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What are you reading this summer?

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My summer reading is a long-postponed project: reading all of Edith Wharton and Henry James, to fulfill a promise made to my American Novel professor many years ago. (We all hated both of them, the whole class, and could not get through "The Ambassadors." We tried. We really did try. And he finally gave up -- he loved James -- and said, "Okay, you're right. You're too young. You've got to promise that you'll read it when you're 40.")

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Originally posted by Alexandra

We . . . could not get through "The Ambassadors."   We tried.  We really did try.  And he finally gave up -- he loved James -- and said, "Okay, you're right.  You're too young.  You've got to promise that you'll read it when you're 40.")

Oh, Alexandra, I can't tell you how many times I've tried to read The Ambassadors. Like you and your classmates, I really did try. But I couldn't get past the first page, even when I'd passed 40. :) The last time I actually made it to the second page, but that's as far as I got.

I find James's earlier novels and novellas easier reading than his dense later works. The Americans, The Europeans, The Aspern Papers, Washington Square, are all manageable and even interesting. The turning point was Portrait of a Lady, I think. It's a great novel, I've read it twice, but I can't seem to get past it.

I'm surprised you all hated Wharton. I read The Age of Innocence and (my favorite) The House of Mirth when I was in my teens and loved them. Ethan Frome is pretty dull, though, and they often seem to inflict it on students, probably because it's short.

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I love Edith Wharton. The only problem is that I've already read everything she ever wrote that is currently commercially available :).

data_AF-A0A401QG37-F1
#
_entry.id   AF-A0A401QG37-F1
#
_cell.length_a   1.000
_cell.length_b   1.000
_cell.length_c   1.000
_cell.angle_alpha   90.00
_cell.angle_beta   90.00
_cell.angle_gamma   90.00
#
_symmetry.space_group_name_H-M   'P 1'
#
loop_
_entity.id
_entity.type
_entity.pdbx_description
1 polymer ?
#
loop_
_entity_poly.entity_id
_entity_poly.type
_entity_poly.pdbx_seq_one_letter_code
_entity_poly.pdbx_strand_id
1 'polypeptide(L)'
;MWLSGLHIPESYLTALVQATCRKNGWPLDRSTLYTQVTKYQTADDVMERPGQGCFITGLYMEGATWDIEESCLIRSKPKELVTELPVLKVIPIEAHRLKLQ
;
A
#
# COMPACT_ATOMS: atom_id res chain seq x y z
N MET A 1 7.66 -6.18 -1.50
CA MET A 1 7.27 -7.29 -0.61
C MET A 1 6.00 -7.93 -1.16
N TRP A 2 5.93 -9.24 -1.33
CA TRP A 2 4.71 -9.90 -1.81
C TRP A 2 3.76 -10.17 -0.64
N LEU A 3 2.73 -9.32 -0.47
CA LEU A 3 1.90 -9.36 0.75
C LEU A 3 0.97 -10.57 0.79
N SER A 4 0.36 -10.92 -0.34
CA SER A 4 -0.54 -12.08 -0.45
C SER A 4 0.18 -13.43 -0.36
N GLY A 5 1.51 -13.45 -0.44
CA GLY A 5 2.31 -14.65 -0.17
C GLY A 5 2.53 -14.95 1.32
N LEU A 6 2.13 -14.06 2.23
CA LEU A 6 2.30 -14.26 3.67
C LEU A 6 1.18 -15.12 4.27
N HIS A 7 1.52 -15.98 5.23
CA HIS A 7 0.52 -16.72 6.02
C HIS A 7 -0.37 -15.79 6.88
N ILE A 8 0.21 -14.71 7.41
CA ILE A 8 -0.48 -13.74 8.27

Ari, I don't like James' later works much, either--and neither did Edith Wharton!

I'm afraid my reading this summer is going to consist mostly of social psychology textbooks and course catalogs.

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Ari, it was Ethan Frome that did it. That was required reading in 10th grade, and I never could connect that with That Other Edith Wharton I read about, so didn't try. (I couldn't get through Austen as a teenager either, but had no trouble with Dostoyevsky; "Notes from the Underground" and "The Possessed" were my favorites at that age.)

I haven't tried "Ethan Frome" again. I started with "Old New York" -- four novellas -- and enjoyed them; next is "Age of Innocence." I'm almost finished James's "Washington Square." Don't love it, don't hate it.

I'd forgotten that I still have books leftover from last summer, popular fiction, "Atonement" and "The Lovely Bones" among others. I got "The DaVinci Code" from Book of the Month, and I know this is childish, but it's such a terrible edition -- cheap cheap paper, print that rubs off in your hands, tiny pages -- that there is no pleasure reading it. I'd rather have a paperback.

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I went temporarily insane and ordered Warren's "Classical Ballet Technique", Barringer's "The Pointe Book", and Grieg's "Inside Ballet Technique: Separating Fact from Fiction in the Ballet Class", though I really couldn't have afforded them all. They should arrive in June-July. :)

Meanwhile, I'm patching up my science fiction knowledge by reading old classics I have missed for some reason. I just finished Frederik Pohl's "Gateway", and it was indeed briliant. It showed that really good sf doesn't get old even when the science and speculative history becomes impossible in the world we now know.

Work requires reading, too, but I haven't compiled a list of necessary reading yet.

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The required reading for school is Bless Me, Ultima by Rudolfo Anaya and Huck Finn . Other books I'll be looking into is The DaVinci Code and I'm already halfway through a collection of short stories by Neil Gaiman called Smoke and Mirrors . Gaiman is so amazing. I've been wanting for a long time to read In Cold Blood but haven't found time to due to laziness.